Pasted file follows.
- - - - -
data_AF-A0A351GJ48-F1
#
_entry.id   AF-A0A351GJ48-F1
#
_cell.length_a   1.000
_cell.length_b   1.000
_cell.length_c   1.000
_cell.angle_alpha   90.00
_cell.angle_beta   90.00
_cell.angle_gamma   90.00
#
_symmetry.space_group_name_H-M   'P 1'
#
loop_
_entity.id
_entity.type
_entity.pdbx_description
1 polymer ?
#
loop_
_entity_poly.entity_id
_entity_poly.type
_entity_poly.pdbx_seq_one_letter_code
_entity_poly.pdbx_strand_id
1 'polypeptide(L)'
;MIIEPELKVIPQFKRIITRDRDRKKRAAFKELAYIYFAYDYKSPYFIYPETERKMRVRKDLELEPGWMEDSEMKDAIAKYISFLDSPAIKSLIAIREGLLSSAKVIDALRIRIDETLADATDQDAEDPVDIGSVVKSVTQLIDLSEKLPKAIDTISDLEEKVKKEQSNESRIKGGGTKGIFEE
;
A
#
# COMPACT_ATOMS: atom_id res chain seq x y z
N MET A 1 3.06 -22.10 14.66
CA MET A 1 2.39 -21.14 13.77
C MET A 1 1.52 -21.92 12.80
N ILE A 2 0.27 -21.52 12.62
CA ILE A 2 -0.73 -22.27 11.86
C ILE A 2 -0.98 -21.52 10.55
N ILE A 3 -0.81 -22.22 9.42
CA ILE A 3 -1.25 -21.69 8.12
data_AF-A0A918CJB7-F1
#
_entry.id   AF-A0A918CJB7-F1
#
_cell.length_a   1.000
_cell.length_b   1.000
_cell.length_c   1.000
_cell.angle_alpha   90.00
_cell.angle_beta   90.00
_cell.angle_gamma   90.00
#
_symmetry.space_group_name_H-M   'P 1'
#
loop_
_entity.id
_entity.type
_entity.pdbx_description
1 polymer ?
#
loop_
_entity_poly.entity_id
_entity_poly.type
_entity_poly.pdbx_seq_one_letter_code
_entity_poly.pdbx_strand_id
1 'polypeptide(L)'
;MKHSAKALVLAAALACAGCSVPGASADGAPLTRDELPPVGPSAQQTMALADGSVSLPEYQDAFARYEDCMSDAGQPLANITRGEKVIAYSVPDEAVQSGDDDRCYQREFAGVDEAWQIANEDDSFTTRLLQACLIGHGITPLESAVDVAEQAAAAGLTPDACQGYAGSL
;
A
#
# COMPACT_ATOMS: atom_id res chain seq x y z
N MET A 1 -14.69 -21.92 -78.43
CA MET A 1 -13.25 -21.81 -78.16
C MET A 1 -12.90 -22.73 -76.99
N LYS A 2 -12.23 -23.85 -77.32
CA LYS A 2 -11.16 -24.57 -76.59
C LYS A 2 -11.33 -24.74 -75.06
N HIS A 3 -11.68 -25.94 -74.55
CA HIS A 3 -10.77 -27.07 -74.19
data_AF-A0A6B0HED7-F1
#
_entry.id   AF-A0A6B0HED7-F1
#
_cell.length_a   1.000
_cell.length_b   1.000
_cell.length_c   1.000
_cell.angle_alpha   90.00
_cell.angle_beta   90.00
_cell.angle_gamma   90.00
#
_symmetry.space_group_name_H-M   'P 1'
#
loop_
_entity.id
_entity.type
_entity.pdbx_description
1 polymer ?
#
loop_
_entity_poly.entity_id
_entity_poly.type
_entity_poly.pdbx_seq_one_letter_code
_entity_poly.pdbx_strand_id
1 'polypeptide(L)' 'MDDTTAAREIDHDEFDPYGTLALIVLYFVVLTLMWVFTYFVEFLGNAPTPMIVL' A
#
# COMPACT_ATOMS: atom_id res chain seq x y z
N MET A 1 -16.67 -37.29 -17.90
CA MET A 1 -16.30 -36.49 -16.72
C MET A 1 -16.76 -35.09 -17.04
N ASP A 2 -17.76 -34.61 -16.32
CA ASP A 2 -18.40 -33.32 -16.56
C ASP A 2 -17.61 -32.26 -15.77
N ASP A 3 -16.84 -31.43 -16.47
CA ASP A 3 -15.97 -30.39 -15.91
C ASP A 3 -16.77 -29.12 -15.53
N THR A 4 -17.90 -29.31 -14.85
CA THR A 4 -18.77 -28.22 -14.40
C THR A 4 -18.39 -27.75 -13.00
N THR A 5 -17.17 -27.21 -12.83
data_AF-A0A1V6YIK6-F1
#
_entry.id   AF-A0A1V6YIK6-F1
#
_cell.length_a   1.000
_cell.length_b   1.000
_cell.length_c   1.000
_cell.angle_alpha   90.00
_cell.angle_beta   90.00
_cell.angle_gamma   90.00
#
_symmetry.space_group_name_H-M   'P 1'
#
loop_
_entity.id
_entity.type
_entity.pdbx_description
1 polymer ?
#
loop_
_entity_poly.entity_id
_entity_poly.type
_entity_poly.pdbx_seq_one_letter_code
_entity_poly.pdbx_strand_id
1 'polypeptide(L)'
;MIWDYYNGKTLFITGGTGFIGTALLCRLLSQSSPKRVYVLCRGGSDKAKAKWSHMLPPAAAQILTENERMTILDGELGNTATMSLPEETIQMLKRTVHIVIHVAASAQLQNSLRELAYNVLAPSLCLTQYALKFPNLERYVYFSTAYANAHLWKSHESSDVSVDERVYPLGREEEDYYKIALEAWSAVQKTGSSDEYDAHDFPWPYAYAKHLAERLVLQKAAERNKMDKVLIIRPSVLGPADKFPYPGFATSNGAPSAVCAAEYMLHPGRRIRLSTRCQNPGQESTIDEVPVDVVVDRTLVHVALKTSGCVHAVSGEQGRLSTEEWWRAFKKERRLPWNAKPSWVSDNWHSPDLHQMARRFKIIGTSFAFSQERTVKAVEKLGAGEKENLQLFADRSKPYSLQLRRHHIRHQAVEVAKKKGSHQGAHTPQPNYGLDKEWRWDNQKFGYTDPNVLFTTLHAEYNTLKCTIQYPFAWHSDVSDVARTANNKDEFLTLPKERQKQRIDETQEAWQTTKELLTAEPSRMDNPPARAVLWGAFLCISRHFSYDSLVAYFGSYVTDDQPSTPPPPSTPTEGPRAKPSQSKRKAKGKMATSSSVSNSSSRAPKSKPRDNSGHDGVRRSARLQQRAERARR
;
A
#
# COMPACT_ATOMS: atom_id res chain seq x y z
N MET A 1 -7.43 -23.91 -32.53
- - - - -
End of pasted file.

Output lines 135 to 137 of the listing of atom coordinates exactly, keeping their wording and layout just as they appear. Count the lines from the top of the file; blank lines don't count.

#
loop_
_entity_poly.entity_id